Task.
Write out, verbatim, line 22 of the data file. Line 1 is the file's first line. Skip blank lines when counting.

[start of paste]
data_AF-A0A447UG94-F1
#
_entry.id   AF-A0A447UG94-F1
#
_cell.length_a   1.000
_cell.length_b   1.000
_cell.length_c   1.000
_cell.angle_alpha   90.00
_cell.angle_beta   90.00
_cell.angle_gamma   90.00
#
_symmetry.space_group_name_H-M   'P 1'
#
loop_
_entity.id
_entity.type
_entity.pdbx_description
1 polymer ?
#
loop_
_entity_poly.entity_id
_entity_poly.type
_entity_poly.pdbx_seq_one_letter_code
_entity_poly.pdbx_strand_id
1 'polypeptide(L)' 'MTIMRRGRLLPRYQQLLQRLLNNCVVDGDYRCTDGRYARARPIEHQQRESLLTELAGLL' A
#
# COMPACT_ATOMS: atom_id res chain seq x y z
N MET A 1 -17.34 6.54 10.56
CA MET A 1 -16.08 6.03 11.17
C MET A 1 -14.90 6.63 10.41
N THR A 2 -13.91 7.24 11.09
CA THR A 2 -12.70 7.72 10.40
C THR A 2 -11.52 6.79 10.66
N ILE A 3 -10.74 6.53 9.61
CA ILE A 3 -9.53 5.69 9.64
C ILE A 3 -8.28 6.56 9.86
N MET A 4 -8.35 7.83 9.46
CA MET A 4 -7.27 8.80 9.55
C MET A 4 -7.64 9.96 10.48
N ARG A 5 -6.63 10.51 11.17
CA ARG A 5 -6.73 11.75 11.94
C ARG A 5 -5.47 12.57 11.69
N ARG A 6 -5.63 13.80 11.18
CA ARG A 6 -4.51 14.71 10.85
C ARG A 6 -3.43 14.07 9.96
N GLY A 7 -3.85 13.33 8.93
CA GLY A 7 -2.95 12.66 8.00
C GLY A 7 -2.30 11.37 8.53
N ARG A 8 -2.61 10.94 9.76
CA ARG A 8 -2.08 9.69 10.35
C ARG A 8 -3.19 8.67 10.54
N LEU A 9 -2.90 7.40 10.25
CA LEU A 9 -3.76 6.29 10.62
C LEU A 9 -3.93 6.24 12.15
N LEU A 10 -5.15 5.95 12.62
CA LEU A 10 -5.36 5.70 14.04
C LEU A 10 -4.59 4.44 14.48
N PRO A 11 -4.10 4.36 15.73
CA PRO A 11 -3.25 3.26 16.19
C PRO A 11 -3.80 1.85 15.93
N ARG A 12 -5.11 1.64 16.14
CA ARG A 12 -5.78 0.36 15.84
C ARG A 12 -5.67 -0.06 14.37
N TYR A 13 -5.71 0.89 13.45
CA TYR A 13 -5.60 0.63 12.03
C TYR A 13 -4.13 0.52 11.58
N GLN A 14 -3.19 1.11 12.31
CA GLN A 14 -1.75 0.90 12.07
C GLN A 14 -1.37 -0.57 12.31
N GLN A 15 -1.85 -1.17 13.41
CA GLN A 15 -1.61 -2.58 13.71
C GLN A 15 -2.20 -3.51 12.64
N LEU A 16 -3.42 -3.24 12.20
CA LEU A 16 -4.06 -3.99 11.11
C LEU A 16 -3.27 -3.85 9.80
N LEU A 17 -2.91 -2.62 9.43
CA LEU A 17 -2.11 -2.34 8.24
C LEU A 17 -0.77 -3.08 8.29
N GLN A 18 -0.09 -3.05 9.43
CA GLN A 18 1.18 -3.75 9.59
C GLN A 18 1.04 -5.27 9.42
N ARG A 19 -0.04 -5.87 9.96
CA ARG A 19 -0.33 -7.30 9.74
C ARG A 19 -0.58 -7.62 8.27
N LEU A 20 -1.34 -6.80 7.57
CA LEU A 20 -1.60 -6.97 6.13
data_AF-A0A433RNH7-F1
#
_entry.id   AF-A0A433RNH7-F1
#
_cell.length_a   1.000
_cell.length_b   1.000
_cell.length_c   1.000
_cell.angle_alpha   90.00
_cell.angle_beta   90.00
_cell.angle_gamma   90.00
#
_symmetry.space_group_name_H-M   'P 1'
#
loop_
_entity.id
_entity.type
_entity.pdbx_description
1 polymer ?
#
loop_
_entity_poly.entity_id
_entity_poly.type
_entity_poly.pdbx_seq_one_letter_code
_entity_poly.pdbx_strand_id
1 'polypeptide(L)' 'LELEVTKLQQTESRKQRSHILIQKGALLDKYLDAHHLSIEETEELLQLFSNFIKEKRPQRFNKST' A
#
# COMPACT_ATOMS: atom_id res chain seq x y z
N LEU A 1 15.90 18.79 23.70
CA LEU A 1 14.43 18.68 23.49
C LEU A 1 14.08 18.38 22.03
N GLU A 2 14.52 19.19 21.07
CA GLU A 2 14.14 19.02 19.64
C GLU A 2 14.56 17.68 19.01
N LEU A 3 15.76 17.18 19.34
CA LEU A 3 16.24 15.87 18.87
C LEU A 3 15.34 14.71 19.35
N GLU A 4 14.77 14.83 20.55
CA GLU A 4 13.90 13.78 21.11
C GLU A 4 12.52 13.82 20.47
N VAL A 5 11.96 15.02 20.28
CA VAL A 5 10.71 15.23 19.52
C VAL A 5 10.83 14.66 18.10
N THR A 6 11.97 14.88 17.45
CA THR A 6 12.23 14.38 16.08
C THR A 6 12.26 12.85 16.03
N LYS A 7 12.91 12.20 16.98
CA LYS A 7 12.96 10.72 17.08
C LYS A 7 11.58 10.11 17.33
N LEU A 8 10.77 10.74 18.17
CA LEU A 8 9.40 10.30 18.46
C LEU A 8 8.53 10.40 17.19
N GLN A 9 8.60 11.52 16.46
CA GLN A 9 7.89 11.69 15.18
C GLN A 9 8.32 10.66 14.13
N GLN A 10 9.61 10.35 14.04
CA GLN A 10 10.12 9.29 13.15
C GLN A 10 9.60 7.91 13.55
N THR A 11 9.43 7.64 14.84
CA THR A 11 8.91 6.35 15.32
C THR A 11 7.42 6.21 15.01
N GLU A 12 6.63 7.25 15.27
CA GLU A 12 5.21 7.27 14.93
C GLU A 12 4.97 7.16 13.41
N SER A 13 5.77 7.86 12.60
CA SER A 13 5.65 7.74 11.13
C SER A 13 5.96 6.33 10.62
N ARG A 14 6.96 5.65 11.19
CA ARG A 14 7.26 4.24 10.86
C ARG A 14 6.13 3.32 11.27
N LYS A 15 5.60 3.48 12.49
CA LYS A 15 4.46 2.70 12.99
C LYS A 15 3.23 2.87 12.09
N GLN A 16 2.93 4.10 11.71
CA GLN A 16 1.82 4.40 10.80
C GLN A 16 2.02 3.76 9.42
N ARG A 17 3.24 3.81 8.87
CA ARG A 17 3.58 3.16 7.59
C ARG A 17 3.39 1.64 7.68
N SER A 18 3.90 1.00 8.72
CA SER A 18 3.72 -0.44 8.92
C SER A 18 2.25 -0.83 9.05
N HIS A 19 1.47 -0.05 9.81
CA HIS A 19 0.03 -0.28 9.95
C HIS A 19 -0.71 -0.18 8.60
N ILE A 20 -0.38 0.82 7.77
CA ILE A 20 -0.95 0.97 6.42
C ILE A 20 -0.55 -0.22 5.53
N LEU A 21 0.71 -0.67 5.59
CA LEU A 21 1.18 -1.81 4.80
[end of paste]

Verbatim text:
_entity_poly.type